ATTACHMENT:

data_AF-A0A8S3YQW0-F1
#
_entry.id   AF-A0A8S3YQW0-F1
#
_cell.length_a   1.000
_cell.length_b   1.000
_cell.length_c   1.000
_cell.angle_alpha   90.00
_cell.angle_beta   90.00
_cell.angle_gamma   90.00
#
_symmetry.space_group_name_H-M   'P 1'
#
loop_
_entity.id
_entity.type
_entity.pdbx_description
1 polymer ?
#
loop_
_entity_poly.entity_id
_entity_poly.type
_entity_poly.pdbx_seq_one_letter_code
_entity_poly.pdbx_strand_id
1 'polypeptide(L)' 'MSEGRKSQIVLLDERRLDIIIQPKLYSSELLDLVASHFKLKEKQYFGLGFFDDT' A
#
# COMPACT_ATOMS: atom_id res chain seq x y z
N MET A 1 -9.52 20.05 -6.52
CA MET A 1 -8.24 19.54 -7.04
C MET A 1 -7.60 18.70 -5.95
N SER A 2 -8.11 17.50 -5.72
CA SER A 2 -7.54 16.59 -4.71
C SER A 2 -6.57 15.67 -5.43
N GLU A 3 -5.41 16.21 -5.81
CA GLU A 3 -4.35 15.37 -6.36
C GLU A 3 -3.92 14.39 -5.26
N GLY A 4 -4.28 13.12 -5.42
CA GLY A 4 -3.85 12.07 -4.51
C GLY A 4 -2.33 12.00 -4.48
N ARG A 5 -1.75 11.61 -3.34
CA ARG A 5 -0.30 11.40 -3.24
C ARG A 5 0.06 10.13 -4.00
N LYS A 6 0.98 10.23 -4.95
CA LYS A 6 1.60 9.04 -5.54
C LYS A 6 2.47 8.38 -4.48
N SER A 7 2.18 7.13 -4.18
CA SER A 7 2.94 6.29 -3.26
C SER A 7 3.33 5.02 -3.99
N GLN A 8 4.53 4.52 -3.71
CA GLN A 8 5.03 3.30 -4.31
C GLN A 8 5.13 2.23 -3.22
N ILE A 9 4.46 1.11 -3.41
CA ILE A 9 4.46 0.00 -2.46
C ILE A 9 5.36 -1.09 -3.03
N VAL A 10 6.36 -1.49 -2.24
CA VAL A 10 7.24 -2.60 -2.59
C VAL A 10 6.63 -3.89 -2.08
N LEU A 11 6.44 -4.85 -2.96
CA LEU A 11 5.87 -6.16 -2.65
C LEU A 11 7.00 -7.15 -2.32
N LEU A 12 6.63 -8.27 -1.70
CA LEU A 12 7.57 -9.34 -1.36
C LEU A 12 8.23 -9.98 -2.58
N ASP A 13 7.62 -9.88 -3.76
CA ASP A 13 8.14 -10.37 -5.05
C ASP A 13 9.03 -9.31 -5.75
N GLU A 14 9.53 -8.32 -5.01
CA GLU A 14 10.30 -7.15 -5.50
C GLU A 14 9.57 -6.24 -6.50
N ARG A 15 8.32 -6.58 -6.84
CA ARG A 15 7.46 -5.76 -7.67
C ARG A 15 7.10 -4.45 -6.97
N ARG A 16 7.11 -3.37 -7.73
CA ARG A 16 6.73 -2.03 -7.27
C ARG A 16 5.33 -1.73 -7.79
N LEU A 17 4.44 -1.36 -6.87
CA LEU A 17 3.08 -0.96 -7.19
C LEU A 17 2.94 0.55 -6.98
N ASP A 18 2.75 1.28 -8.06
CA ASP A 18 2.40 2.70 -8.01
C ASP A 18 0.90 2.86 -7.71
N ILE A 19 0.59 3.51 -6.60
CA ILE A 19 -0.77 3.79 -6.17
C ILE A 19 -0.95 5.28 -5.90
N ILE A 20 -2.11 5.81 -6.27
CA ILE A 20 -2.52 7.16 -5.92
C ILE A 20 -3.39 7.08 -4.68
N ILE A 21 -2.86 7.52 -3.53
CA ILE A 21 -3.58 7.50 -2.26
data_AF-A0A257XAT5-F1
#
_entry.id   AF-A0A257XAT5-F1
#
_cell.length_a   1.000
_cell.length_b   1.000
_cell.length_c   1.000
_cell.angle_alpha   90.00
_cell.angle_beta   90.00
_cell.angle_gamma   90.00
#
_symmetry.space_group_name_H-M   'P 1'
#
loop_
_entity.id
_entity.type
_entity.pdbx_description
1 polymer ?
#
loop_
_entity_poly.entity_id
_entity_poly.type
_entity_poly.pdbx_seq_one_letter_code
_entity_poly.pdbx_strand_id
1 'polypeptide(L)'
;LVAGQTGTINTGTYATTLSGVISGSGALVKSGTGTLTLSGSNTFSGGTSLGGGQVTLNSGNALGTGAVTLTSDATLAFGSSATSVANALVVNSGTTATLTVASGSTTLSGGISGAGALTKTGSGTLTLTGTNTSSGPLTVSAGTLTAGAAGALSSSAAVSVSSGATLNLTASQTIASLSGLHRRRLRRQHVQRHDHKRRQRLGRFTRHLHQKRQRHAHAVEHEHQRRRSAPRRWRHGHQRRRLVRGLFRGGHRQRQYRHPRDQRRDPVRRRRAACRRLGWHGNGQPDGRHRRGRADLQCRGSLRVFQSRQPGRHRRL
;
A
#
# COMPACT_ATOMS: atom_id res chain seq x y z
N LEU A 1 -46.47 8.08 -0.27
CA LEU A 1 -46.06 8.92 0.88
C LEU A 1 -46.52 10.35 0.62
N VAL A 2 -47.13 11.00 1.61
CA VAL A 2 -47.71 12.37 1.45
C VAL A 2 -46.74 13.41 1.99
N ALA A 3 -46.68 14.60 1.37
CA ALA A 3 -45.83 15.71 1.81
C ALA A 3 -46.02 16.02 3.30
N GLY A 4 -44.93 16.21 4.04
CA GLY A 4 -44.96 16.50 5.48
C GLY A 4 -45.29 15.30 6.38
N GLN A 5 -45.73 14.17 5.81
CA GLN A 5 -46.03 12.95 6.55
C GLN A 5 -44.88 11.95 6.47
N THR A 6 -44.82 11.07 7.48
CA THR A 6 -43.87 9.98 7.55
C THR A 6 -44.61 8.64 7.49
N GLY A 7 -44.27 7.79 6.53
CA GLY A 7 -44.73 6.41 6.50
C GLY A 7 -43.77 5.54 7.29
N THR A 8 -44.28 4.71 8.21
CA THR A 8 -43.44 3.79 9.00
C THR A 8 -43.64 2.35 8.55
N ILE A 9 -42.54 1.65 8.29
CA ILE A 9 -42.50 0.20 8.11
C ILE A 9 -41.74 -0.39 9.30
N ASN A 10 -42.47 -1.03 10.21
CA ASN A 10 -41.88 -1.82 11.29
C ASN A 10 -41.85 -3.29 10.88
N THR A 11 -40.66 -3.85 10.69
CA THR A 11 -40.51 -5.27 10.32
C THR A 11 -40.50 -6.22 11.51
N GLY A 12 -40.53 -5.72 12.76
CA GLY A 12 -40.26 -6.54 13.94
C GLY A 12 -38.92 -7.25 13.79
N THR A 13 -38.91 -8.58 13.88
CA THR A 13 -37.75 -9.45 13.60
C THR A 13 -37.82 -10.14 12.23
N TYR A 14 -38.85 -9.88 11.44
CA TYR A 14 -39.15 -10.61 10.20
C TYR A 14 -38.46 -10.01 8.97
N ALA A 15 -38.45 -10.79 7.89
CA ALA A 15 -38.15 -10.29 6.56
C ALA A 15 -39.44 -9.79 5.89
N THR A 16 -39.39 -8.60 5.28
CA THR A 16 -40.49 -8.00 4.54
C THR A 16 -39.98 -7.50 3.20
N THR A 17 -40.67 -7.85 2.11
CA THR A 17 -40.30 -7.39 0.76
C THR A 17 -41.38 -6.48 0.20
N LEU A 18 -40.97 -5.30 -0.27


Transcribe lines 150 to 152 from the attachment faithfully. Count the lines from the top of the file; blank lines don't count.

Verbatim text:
N THR A 11 -40.66 -3.85 10.69
CA THR A 11 -40.51 -5.27 10.32
C THR A 11 -40.50 -6.22 11.51